Once you’ve starting thinking about green marketing, it might be a good idea to get support as you set up your products and services and start creating your marketing material along the correct green guidelines.
The Small Business Administration
The Small Business Administration (SBA) in the US has a range of free resources to help business owners start up and run their own green business. Topics include creating green products and services, advertising, green marketing, Federal Trade Commission (FTC) compliance for green marketing materials, and market research.
It also lists green marketing case studies, energy efficiency guidelines, green commuting ideas, and green contracting opportunities to sell goods and services to the government.
The Environmental Protection Agency
The Environmental Protection Agency (EPA) offers small businesses information on compliance with all key regulations, including energy efficiency ratings. It also offers training, grant opportunities and guidelines on how to get certified as a small business with the EPA.
They also offer the Safer Choice resource https://www.epa.gov/saferchoice for consumers and manufacturers so they can make smart decisions about what raw materials to use and what products are best to buy. As part of this program, they also offer guidelines for a safe environment in the workplace in terms of chemicals, and a similar program in reference to the use of pesticides.
The Sustainable Marketplace program
The Sustainable Marketplace https://www.epa.gov/greenerproducts is run by the EPA and offers guidelines on choosing and sourcing greener products if you are a business or institution. It also offers consumers advice about how to make greener choices in relation to the many items they buy, which can give valuable insight into exactly what green consumers are looking for and why.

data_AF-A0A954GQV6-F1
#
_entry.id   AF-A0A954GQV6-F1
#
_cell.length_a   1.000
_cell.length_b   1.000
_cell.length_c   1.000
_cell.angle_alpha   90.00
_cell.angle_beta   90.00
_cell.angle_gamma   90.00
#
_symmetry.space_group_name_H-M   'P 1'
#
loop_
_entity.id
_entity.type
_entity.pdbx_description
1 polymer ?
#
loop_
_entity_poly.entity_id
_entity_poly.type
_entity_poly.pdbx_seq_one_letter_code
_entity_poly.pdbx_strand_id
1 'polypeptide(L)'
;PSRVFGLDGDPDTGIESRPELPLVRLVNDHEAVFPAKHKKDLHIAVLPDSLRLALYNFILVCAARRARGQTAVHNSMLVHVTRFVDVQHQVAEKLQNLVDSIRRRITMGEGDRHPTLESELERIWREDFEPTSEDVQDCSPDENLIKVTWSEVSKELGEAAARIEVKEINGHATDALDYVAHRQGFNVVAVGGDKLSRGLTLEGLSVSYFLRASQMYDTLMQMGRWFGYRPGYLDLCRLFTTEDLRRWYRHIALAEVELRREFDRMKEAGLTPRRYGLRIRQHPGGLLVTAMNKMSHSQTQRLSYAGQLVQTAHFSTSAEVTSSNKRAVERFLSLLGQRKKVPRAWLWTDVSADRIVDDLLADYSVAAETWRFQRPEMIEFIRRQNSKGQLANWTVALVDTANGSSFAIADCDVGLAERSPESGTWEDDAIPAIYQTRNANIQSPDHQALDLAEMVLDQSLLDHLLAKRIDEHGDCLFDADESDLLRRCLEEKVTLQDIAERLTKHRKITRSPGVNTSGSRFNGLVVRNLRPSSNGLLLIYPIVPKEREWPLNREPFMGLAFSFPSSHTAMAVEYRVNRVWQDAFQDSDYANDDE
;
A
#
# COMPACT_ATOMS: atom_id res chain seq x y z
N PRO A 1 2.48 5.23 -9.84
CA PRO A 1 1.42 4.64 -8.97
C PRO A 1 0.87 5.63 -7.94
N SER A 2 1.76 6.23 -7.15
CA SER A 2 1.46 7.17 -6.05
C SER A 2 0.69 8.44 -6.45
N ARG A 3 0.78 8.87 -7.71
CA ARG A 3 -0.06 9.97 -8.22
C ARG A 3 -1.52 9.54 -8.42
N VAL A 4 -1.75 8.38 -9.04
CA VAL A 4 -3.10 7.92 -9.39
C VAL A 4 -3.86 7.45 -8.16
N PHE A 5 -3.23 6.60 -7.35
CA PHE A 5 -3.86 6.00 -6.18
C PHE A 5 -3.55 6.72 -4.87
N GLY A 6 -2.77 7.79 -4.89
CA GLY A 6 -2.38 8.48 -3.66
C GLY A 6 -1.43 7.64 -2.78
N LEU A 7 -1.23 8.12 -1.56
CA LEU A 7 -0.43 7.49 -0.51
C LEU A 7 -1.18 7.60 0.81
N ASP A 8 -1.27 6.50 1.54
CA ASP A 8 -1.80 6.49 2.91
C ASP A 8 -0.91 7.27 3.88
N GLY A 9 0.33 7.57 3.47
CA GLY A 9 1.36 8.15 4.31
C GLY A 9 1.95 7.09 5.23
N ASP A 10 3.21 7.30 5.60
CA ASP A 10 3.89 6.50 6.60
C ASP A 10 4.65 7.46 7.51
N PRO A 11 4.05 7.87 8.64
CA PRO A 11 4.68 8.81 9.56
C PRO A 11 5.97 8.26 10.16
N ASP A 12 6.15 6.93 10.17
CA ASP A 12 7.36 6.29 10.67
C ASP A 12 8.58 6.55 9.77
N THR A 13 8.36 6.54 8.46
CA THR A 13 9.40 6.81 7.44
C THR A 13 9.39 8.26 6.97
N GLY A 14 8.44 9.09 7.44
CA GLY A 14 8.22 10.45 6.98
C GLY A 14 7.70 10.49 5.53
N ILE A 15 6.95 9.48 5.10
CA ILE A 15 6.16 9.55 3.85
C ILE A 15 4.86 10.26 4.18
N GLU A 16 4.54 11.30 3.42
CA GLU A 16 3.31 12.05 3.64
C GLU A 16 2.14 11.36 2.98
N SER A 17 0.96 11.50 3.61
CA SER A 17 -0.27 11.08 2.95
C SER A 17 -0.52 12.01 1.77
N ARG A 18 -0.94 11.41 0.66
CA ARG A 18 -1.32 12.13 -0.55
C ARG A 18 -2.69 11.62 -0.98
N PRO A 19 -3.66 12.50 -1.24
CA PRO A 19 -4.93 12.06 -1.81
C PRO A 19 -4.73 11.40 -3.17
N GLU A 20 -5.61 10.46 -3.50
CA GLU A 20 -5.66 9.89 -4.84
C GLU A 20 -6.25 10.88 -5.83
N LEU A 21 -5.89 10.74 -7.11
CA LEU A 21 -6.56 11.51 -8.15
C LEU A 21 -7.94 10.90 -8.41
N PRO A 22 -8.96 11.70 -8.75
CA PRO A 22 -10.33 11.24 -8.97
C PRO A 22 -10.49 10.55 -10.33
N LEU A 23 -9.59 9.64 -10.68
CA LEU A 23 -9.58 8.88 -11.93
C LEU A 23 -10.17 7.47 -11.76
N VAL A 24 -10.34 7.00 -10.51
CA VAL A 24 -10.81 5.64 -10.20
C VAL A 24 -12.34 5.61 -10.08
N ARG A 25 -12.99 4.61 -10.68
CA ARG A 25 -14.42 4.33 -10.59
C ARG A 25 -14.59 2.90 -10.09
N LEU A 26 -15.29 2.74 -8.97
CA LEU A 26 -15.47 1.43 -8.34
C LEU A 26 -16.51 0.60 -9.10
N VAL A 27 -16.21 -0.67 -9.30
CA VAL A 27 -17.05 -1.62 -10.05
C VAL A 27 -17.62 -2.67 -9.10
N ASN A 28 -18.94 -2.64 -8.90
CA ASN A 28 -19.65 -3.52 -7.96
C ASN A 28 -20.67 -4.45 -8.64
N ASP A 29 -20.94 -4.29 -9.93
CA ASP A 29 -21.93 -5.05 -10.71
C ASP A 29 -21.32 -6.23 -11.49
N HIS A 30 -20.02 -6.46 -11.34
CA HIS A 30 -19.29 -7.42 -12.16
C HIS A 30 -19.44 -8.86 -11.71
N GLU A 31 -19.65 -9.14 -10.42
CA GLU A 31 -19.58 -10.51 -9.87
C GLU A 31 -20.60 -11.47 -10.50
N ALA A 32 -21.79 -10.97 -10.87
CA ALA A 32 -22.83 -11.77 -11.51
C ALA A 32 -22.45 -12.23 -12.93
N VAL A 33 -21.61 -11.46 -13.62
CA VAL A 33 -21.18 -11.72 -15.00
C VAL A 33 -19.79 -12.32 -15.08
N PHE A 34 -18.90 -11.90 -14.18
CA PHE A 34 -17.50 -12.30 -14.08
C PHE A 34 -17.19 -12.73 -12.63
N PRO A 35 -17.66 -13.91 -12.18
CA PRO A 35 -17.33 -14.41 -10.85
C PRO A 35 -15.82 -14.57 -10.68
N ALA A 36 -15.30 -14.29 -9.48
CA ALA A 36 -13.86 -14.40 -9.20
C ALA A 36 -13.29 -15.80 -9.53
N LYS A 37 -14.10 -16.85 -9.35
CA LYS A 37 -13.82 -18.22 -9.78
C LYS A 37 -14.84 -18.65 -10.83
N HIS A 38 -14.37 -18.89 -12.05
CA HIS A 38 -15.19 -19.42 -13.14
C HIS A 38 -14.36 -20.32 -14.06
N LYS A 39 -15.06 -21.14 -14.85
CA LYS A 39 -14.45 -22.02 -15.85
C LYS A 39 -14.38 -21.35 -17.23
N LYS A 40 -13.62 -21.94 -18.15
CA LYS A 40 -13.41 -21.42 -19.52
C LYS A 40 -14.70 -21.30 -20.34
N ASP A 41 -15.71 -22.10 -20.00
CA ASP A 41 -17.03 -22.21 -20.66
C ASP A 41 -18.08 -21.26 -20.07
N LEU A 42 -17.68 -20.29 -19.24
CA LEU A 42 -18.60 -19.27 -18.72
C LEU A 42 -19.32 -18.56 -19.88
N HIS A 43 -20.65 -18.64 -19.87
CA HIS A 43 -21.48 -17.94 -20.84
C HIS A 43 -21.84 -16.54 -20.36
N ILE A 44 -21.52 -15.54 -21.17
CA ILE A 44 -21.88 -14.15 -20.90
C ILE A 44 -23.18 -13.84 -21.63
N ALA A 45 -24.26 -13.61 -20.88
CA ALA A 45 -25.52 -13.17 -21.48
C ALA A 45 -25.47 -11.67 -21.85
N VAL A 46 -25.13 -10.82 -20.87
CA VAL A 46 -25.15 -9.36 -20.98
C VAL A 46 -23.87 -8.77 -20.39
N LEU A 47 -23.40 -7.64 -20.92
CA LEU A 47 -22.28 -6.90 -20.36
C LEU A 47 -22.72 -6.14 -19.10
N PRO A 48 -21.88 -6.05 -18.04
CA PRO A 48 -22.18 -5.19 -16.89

The Global Add to dictionary Network
The Global Add to dictionary Network (GEN) oversees various types of green certification. Depending on the kind of product, a company can write their own declaration of their product or service being green, or get certification or a license. If the certification is mandatory, the GEN can help ensure that any hazard warning and essential information about the product is correct. The manufacturer can also get seals of approval, report cards and single certification, such as Energy Star compliance and ratings.
The Federal Trade Commission
The Federal Trade Commission (FTC) offers detailed guidance about acceptable marketing practices in relation to green marketing, which they refer to as environmental marketing. It gives clear definitions of various key terms, such as organic and "clean diesel", and specific labeling guidelines. The full document can be found at: https://www.ftc.gov/sites/default/files/attachments/press-releases/ftc-issues-revised-green-guides/greenguides.pdf. It offers definitions on a number of topics commonly found on labels, such as "free of", non-toxic, and more.
Environmental Health Perspectives
This useful journal, published by the National Institute of Health (NIH), offers a wide range of articles regarding the impact of various manufacturing practices on the environment and how to produce cleaner, greener products. Their article on greenwashing is a must-read for anyone wishing to produce honest and accurate green marketing materials and ads. http://ehp.niehs.nih.gov/118-a246/
Your Current Vendors
If you are thinking of making your products greener, check with your suppliers. Chances are they have greener versions of many of the products or raw materials that you use. You get to maintain your existing business relationships with reliable vendors and they get to keep you as a happy customer.
If you are thinking of going green, there’s no need to go it alone. There are many third parties and free resources available that can help you navigate the new waters of green marketing, and make sure you set yourself up for success.